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A modern and efficient OSC Client/Server implementation

Project description

OSCPy

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A modern implementation of OSC for python2/3.

What is OSC.

OpenSoundControl is an UDP based network protocol, that is designed for fast dispatching of time-sensitive messages, as the name suggests, it was designed as a replacement for MIDI, but applies well to other situations. The protocol is simple to use, OSC addresses look like http URLs, and accept various basic types, such as string, float, int, etc. You can think of it basically as an http POST, with less overhead.

You can learn more about OSC on OpenSoundControl.org

Goals

  • python2.7/3.6+ compatibility (can be relaxed more on the python3 side if needed, but nothing before 2.7 will be supported)
  • fast
  • easy to use
  • robust (returns meaningful errors in case of malformed messages, always do the right thing on correct messages)
  • separation of concerns (message parsing vs communication)
  • sync and async compatibility (threads, asyncio, trio…)
  • clean and easy to read code

Features

  • serialize and parse OSC data types/Messages/Bundles
  • a thread based udp server to open sockets and bind callbacks on osc addresses on them
  • a simple client

Install

pip install oscpy

Usage

Server (thread)

from oscpy.server import OSCThreadServer
from time import sleep

def callback(values):
    print("got values: {}".format(values))

osc = OSCThreadServer()
sock = osc.listen(address='0.0.0.0', port=8000, default=True)
osc.bind(b'/address', callback)
sleep(1000)
osc.stop()

or you can use the decorator API.

Server (thread)

from oscpy.server import OSCThreadServer
from time import sleep

osc = OSCThreadServer()
sock = osc.listen(address='0.0.0.0', port=8000, default=True)

@osc.address(b'/address')
def callback(values):
    print("got values: {}".format(values))

sleep(1000)
osc.stop()

Servers are also client, in the sense they can send messages and answer to messages from other servers

from oscpy.server import OSCThreadServer
from time import sleep

osc_1 = OSCThreadServer()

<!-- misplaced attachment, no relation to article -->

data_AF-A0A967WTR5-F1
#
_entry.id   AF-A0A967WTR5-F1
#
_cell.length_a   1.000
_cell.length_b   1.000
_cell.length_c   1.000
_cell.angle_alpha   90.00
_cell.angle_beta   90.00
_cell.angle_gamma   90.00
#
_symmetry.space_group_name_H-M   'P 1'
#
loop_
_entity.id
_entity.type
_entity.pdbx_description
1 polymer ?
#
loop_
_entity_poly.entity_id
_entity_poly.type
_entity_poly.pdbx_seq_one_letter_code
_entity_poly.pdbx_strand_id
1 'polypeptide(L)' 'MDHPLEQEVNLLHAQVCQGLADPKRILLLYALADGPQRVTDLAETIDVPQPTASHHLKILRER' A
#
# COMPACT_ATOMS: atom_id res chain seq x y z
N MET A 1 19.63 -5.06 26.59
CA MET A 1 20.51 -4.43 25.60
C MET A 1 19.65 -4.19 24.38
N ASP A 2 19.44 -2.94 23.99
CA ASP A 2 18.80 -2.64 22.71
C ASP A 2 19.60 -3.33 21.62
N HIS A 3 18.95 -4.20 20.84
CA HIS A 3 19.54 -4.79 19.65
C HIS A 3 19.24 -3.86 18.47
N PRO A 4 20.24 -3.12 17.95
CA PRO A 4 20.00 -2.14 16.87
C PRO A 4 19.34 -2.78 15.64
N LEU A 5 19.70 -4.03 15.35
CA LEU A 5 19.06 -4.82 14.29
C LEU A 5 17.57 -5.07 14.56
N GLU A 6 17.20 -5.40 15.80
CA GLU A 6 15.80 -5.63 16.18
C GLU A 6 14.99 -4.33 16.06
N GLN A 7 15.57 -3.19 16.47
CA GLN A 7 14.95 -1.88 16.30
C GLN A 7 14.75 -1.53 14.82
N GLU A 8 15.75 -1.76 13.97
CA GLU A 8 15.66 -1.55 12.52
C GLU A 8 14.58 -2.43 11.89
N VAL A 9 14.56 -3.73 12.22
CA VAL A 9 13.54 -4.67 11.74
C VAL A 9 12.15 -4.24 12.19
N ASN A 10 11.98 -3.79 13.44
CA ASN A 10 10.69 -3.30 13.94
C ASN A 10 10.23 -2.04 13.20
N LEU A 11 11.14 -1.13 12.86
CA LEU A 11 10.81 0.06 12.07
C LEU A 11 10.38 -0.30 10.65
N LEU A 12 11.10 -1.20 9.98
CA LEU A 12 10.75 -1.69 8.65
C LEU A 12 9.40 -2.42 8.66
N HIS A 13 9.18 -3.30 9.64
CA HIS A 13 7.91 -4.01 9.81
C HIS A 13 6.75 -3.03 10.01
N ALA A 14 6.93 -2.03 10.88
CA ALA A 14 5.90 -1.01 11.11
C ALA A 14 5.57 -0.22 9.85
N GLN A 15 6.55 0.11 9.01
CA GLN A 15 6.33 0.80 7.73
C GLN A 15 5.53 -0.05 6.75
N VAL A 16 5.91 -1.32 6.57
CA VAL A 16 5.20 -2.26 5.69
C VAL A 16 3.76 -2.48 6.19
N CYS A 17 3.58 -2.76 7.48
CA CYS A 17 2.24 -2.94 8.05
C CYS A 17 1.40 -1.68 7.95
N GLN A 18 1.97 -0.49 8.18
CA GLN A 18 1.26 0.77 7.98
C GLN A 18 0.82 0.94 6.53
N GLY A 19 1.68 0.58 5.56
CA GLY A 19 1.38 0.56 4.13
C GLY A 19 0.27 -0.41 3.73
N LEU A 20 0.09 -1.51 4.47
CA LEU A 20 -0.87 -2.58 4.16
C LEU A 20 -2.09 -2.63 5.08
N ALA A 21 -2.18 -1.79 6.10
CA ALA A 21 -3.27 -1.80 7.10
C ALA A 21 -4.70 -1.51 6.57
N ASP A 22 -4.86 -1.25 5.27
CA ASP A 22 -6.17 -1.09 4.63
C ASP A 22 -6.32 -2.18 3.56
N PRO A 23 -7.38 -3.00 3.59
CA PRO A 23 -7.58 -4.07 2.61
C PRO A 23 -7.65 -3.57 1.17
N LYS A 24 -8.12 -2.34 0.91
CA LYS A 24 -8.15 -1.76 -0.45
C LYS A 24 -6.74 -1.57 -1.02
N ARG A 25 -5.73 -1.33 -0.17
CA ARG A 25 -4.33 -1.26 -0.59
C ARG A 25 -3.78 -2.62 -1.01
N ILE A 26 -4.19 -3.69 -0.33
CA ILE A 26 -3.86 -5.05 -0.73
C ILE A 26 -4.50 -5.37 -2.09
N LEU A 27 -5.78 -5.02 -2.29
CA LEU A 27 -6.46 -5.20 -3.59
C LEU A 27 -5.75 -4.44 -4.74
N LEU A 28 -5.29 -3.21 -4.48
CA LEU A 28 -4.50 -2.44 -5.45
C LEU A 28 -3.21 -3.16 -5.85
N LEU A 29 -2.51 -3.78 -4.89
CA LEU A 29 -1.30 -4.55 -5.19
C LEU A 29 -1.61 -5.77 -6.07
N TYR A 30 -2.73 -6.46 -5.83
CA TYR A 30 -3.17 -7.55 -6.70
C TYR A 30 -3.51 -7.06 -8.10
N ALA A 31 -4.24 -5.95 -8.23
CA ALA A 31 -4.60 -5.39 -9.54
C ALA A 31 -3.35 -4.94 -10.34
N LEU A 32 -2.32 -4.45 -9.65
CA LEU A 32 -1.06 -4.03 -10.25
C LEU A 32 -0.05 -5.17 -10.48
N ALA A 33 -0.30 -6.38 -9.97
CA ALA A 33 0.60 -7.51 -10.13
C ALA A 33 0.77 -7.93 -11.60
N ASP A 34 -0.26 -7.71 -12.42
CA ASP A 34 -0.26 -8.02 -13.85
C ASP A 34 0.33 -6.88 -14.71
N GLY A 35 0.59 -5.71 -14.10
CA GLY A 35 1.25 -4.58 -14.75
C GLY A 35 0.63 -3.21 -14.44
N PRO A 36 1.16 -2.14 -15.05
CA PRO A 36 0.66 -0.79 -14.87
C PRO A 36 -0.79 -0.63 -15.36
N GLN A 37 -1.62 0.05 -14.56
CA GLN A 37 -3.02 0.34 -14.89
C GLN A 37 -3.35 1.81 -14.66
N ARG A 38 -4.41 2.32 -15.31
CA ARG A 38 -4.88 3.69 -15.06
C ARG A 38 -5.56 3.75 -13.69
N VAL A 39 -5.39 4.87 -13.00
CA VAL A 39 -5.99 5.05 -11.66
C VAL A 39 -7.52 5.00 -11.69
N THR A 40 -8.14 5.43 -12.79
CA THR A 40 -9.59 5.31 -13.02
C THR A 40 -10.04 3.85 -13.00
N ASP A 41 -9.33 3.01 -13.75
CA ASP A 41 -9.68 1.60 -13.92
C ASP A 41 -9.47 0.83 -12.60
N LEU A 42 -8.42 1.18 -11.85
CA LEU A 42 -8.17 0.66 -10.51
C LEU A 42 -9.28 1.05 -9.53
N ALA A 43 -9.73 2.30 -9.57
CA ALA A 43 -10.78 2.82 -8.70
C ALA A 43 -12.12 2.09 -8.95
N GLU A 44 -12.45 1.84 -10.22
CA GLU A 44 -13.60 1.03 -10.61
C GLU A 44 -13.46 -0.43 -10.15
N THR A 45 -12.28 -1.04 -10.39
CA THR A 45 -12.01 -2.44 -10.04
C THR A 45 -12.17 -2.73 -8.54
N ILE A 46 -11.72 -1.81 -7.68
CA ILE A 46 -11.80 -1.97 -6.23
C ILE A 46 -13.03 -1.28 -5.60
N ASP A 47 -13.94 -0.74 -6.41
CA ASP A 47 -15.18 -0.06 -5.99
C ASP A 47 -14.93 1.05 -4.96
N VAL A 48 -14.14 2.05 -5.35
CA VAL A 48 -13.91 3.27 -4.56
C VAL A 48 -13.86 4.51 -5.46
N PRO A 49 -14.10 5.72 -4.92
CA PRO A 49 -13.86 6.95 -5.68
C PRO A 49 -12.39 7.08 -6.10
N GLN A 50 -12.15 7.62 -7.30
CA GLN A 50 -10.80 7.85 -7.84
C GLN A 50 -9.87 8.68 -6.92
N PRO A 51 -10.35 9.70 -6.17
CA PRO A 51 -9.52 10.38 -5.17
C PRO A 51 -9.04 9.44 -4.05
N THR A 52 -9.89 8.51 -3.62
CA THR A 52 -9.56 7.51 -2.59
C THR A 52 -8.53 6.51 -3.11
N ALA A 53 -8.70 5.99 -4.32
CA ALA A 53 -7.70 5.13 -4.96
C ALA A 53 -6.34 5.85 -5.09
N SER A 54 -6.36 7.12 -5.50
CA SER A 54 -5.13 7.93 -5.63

osc_1.listen(default=True)

@osc_1.address(b'/ping')
def ping(*values):
    print("ping called")
    if True in values:
        cont.append(True)
    else:
        osc_1.answer(b'/pong')

osc_2 = OSCThreadServer()
osc_2.listen(default=True)

@osc_2.address(b'/pong')
def pong(*values):
    print("pong called")
    osc_2.answer(b'/ping', [True])

osc_2.send_message(b'/ping', [], *osc_1.getaddress())

timeout = time() + 1
while not cont:
    if time() > timeout:
        raise OSError('timeout while waiting for success message.')

Server (async) (TODO!)

from oscpy.server import OSCThreadServer

with OSCAsyncServer(port=8000) as OSC:
    for address, values in OSC.listen():
       if address == b'/example':
            print("got {} on /example".format(values))
       else:
            print("unknown address {}".format(address))

Client

from oscpy.client import OSCClient

osc = OSCClient(address, port)
for i in range(10):
    osc.send_message(b'/ping', [i])

Unicode

By default, the server and client take bytes (encoded strings), not unicode strings, for osc addresses as well as osc strings. However, you can pass an encoding parameter to have your strings automatically encoded and decoded by them, so your callbacks will get unicode strings (unicode in python2, str in python3).

osc = OSCThreadServer(encoding='utf8')
osc.listen(default=True)

values = []

@osc.address(u'/encoded')
def encoded(*val):
    for v in val:
        assert not isinstance(v, bytes)
    values.append(val)

send_message(
    u'/encoded',
    [u'hello world', u'ééééé ààààà'],
    *osc.getaddress(), encoding='utf8')

(u literals added here for clarity).

CLI

OSCPy provides an "oscli" util, to help with debugging:

  • oscli dump to listen for messages and dump them
  • oscli send to send messages or bundles to a server

See oscli -h for more information.

TODO

  • real support for timetag (currently only supports optionally dropping late bundles, not delaying those with timetags in the future)
  • support for additional argument types
  • an asyncio-oriented server implementation
  • examples & documentation

Contributing

Check out our contribution guide and feel free to improve OSCPy.

License

OSCPy is released under the terms of the MIT License. Please see the LICENSE.txt file.

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